The figures are frightening: Britons currently spend an average of four hours a day watching television - that's more than a 24-hour day per week. Television has become our national obsession: it is our main source of common experience; it affects the way we think and act and, according to psychologist and broadcaster Dr Aric Sigman, its hold over our lives is so significant that, in some families, the television has greater influence over children than parents do.
In this insightful and shockingly perceptive assessment of our nation's relationship with the small screen, Dr Aric Sigman reveals for the first time the alarming reality of what television is actually doing to us physically, emotionally, intellectually and socially. He provides evidence as to how television contributes to the rising global obesity rate by actually slowing our metabolic rate, stunts our children's brain development, and is responsible for over half of all rapes and murders in the industrialised world. Yet Remotely Controlled is much more than an indictment of the dangers of watching television. Sigman aims to draw our awareness to the glaring imbalance in our lives and show us how we can re-establish control away from the remote control. This book is a compelling read which will cause us all to take a step back and reassess our viewing habits.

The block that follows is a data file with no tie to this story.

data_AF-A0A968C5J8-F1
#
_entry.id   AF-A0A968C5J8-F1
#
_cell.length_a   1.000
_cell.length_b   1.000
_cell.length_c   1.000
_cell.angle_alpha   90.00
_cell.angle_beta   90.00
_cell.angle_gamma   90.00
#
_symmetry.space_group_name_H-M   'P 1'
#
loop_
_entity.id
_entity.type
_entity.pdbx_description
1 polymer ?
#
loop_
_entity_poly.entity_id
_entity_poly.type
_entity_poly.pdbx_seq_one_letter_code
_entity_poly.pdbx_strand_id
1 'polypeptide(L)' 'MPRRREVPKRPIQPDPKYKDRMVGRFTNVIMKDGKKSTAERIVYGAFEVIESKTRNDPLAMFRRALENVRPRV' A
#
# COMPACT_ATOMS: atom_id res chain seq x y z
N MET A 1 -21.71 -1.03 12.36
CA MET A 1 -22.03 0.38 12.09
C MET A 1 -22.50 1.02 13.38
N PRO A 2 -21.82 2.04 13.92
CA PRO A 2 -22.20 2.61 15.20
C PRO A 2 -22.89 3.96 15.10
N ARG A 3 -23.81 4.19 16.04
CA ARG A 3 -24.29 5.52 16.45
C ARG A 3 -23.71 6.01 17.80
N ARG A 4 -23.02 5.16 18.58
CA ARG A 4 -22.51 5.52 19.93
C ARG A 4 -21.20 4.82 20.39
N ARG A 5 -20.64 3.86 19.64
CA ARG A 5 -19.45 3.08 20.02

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...his argument is compelling...Sigman might inspire his own brand of TV dementia: sets thrown wildly from open bedroom windows, Aerosmith-style, smashing to smithereens while whole neighbourhoods applaud. Seriously, TV can ruin your life - Independent on Sunday
At last, definitive and readable proof that TV can damage your health. Well done, Sigman! -
5* review: Compelling. Sigman might inspire his own brand of TV dementia: sets thrown wildly from ... windows, Aerosmith-style, while whole neighbourhoods applaud. - Independent on Sunday
... the damage done to children, is forcefully pointed out. I found Sigman's critique most welcome. - Publishing News, Personal Choice
This is a book after my own heart, and every press should do a feature on it - The Bookseller
Dr Aric Sigman is an American psychologist, biologist, broadcaster and author who has lived in Britain for many years. He has been a columnist for Arena and Hello magazines and has written for the Independent. He won the Times Educational Supplement Best Information Book Award and was runner up in the Publisher's Awards as Best British Business Columnist. Dr Sigman has written, appeared in and presented a number of prime time radio and television documentary series. Dr Sigman travels abroad frequently to observe the influence of television on various cultures, including Bhutan, Tonga, Myanmar, Iran, Korea, Vietnam, Mali Bolivia and Burkina Faso.